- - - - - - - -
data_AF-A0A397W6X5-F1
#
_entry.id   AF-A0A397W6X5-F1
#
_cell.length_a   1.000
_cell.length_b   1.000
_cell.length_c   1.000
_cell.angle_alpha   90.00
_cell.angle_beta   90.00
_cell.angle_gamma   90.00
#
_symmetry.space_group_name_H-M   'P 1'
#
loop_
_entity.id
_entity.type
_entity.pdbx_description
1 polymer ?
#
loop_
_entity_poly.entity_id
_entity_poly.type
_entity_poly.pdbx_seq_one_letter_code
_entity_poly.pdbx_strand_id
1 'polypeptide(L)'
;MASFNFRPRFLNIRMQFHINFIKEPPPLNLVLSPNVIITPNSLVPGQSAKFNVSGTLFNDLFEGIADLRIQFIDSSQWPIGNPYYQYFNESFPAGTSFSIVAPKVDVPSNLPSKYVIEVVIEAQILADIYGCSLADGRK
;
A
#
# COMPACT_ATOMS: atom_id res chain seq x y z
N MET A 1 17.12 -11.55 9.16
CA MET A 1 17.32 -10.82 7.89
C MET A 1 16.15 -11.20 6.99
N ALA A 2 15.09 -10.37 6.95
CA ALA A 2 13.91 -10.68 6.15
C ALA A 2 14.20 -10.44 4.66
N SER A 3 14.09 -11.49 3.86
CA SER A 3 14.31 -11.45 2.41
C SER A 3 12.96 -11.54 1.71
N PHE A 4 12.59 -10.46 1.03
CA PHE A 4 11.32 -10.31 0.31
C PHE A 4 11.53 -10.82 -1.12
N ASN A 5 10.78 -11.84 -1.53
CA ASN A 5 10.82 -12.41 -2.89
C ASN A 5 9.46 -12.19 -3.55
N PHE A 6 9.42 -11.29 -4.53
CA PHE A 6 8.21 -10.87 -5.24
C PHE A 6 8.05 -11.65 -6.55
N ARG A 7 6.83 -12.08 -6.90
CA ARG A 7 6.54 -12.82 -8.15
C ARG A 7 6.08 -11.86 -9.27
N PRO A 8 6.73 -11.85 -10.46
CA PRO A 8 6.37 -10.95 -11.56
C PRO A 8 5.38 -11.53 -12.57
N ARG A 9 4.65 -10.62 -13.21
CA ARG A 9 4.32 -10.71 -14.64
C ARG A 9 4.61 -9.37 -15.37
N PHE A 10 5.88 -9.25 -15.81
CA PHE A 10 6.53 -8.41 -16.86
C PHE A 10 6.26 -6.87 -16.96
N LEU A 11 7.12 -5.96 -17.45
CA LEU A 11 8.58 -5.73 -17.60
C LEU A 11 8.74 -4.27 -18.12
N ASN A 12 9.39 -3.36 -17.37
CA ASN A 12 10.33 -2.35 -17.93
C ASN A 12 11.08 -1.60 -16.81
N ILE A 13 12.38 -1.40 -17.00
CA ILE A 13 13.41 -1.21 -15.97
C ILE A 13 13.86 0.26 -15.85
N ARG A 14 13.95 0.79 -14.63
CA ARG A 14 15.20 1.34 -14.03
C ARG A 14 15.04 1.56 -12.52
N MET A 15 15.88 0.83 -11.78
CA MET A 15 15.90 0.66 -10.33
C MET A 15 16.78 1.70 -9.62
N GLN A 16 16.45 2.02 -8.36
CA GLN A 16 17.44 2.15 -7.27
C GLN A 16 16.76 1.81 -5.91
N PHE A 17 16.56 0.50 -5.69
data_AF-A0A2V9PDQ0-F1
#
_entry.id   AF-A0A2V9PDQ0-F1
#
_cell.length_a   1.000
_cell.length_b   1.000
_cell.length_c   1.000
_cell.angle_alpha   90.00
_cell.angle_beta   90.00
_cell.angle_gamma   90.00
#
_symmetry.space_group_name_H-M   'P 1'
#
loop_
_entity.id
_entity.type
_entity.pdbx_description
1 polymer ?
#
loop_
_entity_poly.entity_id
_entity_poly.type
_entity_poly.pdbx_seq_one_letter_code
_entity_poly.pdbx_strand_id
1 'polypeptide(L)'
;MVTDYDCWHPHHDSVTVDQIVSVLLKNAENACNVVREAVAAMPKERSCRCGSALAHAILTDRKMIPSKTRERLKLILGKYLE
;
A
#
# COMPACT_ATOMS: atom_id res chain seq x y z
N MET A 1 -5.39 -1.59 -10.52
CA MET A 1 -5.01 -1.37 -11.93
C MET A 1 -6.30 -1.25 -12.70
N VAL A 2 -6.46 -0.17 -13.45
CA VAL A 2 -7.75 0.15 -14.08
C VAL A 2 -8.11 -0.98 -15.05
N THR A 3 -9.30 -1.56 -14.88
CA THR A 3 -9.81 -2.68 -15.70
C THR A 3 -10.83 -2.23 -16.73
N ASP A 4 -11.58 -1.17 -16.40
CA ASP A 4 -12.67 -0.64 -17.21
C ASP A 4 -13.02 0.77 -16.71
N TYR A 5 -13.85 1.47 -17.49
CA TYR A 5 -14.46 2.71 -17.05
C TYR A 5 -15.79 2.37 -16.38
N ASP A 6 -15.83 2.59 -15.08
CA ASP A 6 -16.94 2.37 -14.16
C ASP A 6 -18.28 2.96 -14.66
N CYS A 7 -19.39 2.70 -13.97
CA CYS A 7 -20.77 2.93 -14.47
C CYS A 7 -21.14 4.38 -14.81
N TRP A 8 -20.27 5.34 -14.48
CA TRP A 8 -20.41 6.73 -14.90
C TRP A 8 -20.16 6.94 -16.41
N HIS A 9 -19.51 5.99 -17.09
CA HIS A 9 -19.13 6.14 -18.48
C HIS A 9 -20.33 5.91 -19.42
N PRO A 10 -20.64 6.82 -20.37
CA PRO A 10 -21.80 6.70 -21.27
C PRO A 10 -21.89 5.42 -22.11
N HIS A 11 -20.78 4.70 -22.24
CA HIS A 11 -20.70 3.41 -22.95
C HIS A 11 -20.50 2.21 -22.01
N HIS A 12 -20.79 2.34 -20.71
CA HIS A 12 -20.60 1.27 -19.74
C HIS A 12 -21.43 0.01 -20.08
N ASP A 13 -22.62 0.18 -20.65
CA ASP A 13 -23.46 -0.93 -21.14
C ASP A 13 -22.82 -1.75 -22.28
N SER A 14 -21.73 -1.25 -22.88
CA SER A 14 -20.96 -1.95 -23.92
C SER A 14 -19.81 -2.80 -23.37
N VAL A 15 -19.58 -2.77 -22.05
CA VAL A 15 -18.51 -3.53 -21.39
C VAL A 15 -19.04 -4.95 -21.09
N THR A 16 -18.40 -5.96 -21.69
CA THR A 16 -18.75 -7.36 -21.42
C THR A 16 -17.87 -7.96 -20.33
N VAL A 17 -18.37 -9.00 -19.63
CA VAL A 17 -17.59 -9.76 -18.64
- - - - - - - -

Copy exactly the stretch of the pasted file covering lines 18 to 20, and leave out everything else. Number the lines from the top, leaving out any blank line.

1 polymer ?
#
loop_